My painter friend in
is the reason I'm writing this blog. He even thought of the title. Normally, I wouldn't write about how to save money, because I am no expert in finances and/or the economy. I have always been good at surviving and getting by in tough times, however, so I am going to offer some tips on how to get by on more for less in a time when prices rise by the minute. New York, Billy,
For years, I have saved every receipt, even for sodas at the Mapco, to track how I spend my money. I also keep a spreadsheet on sales tax so I can see how much my local governments wrench out of my pocketbook in addition to property tax. In 2011, I spent $1,200 on sales tax alone and $928 on property tax.
Yesterday, I reviewed my monthly expenses for February, and realized I had spent $94 for gasoline and only $11 on food. What is wrong with this picture? Not to mention, the higher cost of fuel translates to higher food costs.
When you make as little as I do, you don't have much wiggle room and when the price of something such as gasoline rises, something has to give somewhere. In my budget, groceries are where I cut.
Billy wanted to know how I could get by on spending so little on food in a month that is almost over, so I told him a few things I do to make my food budget stretch.
First, I make my own bread, which can cost around $4 a loaf. I can buy a five-pound sack of bread flour for almost $4 and I can get at least four loaves out of a sack. I'm no good at math, so I'll let you do it, but I know I am saving some money by baking my own bread instead of spending it. I also make my own pasta with a hand-crank pasta maker from time to time. And I can tell you this much, there is nothing healthier or tastier than homemade bread and pasta.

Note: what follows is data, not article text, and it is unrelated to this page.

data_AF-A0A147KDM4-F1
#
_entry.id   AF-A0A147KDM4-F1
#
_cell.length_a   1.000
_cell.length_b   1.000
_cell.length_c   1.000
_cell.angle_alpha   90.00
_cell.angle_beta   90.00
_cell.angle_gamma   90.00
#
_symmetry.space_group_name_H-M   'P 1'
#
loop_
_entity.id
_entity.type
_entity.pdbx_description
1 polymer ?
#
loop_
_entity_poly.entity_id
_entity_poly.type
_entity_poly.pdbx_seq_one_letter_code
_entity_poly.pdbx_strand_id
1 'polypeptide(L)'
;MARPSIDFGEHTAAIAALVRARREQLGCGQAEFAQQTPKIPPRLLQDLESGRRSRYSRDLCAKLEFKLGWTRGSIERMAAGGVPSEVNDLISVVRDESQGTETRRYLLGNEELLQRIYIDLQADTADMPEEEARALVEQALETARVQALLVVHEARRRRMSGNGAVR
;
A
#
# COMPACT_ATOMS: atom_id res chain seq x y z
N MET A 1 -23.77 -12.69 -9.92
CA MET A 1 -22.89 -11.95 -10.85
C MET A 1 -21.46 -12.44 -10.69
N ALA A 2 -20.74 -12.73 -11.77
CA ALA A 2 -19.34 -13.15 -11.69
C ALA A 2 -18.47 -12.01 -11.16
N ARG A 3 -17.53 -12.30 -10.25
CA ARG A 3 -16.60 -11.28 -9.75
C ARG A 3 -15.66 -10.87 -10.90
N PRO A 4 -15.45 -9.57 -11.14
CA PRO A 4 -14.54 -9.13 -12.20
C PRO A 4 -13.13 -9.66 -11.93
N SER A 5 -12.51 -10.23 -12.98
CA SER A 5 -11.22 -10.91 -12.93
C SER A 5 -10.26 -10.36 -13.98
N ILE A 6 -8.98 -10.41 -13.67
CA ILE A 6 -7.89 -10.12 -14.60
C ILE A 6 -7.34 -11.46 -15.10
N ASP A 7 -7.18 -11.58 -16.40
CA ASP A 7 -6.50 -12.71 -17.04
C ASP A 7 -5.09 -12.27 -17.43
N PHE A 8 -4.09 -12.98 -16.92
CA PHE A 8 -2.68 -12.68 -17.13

Second, I have always been a stockpiler of staples, canned goods, and food I can freeze for use during the lean months. I shop at wholesale places such as Sam's Club and Costco to load up on things I use a lot, i.e. ground chuck, pinto beans, rice, dog food (for the dogs, not me), coffee beans, toilet paper, bottled water, heavy whipping cream, onions, potatoes, and so on. Any meat I buy, will be divvied up into Ziploc bags and put in the freezer to use later.
Being single and somewhat on the smaller side, I am not a huge consumer. I don't waste anything. Any leftover food that I don't eat goes to the dogs. I know, I know. I can hear some of you screaming that I am not supposed to give dogs people food, but I ask you: What did dogs eat before dog food companies invented kibble? Well, there you go.
Third, I am mostly vegetarian and learned to cook working in a vegetarian cafeteria. I do not eat a lot of meat, but when I do, it is chicken, Black Angus ground chuck, flank steak, chuck eye, and chuck roast. These are versatile cuts and although chuck may be fattier than other cuts, all you have to do is cook it until the fat reduces down to nothing, which doesn't take long.
As for eating, I tend to be conservative there as well, preferring a small breakfast snack with a cup of black coffee over a full breakfast and a snack of an apple, raw carrots, pickled beets, and/or green olives at suppertime. My main meal is midday, around 1 or 2 p.m., and it usually consists of something healthy with beans, lentils, soy products, or one of the aforementioned meats as a protein.
These are the three main things I do to save money at the grocery store. At present, my home is paid for and I am debt-free. My biggest expenses are health care and, of course, the ever-rising cost of gasoline.
If you wanted me to offer tips on how to run either the economy or government, I would tell you the same thing: Less is always more.